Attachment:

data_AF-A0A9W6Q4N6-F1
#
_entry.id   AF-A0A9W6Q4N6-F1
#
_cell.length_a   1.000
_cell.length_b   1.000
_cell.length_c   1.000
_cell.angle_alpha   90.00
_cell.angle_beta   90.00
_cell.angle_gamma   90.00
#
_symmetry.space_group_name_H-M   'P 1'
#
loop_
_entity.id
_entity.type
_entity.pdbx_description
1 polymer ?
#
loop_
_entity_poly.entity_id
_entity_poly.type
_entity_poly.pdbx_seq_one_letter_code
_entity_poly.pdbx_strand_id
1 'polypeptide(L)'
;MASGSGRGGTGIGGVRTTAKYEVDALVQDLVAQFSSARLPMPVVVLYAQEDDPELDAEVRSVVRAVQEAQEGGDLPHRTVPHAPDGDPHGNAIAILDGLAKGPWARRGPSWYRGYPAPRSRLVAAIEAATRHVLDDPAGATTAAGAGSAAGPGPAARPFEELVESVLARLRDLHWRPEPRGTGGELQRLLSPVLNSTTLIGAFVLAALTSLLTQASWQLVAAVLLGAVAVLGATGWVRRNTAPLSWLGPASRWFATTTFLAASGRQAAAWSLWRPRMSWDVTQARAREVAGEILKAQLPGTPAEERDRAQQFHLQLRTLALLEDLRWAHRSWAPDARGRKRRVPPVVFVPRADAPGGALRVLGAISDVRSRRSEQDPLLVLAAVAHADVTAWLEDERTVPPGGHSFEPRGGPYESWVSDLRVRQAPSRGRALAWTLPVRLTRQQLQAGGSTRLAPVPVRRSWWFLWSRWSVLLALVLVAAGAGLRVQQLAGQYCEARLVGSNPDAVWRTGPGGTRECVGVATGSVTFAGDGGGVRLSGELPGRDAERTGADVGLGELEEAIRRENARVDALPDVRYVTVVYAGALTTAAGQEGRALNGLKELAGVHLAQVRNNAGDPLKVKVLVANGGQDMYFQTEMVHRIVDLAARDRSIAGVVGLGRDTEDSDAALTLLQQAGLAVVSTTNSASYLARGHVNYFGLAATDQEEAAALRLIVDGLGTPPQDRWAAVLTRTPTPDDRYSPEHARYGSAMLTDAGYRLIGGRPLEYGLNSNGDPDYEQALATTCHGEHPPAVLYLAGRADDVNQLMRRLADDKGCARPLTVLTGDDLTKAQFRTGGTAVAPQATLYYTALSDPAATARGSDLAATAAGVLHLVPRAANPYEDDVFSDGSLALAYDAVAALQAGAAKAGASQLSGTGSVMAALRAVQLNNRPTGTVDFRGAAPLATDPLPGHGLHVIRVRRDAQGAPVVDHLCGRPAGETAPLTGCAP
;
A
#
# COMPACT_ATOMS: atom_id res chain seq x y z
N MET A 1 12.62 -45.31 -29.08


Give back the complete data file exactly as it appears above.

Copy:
data_AF-A0A9W6Q4N6-F1
#
_entry.id   AF-A0A9W6Q4N6-F1
#
_cell.length_a   1.000
_cell.length_b   1.000
_cell.length_c   1.000
_cell.angle_alpha   90.00
_cell.angle_beta   90.00
_cell.angle_gamma   90.00
#
_symmetry.space_group_name_H-M   'P 1'
#
loop_
_entity.id
_entity.type
_entity.pdbx_description
1 polymer ?
#
loop_
_entity_poly.entity_id
_entity_poly.type
_entity_poly.pdbx_seq_one_letter_code
_entity_poly.pdbx_strand_id
1 'polypeptide(L)'
;MASGSGRGGTGIGGVRTTAKYEVDALVQDLVAQFSSARLPMPVVVLYAQEDDPELDAEVRSVVRAVQEAQEGGDLPHRTVPHAPDGDPHGNAIAILDGLAKGPWARRGPSWYRGYPAPRSRLVAAIEAATRHVLDDPAGATTAAGAGSAAGPGPAARPFEELVESVLARLRDLHWRPEPRGTGGELQRLLSPVLNSTTLIGAFVLAALTSLLTQASWQLVAAVLLGAVAVLGATGWVRRNTAPLSWLGPASRWFATTTFLAASGRQAAAWSLWRPRMSWDVTQARAREVAGEILKAQLPGTPAEERDRAQQFHLQLRTLALLEDLRWAHRSWAPDARGRKRRVPPVVFVPRADAPGGALRVLGAISDVRSRRSEQDPLLVLAAVAHADVTAWLEDERTVPPGGHSFEPRGGPYESWVSDLRVRQAPSRGRALAWTLPVRLTRQQLQAGGSTRLAPVPVRRSWWFLWSRWSVLLALVLVAAGAGLRVQQLAGQYCEARLVGSNPDAVWRTGPGGTRECVGVATGSVTFAGDGGGVRLSGELPGRDAERTGADVGLGELEEAIRRENARVDALPDVRYVTVVYAGALTTAAGQEGRALNGLKELAGVHLAQVRNNAGDPLKVKVLVANGGQDMYFQTEMVHRIVDLAARDRSIAGVVGLGRDTEDSDAALTLLQQAGLAVVSTTNSASYLARGHVNYFGLAATDQEEAAALRLIVDGLGTPPQDRWAAVLTRTPTPDDRYSPEHARYGSAMLTDAGYRLIGGRPLEYGLNSNGDPDYEQALATTCHGEHPPAVLYLAGRADDVNQLMRRLADDKGCARPLTVLTGDDLTKAQFRTGGTAVAPQATLYYTALSDPAATARGSDLAATAAGVLHLVPRAANPYEDDVFSDGSLALAYDAVAALQAGAAKAGASQLSGTGSVMAALRAVQLNNRPTGTVDFRGAAPLATDPLPGHGLHVIRVRRDAQGAPVVDHLCGRPAGETAPLTGCAP
;
A
#
# COMPACT_ATOMS: atom_id res chain seq x y z
N MET A 1 12.62 -45.31 -29.08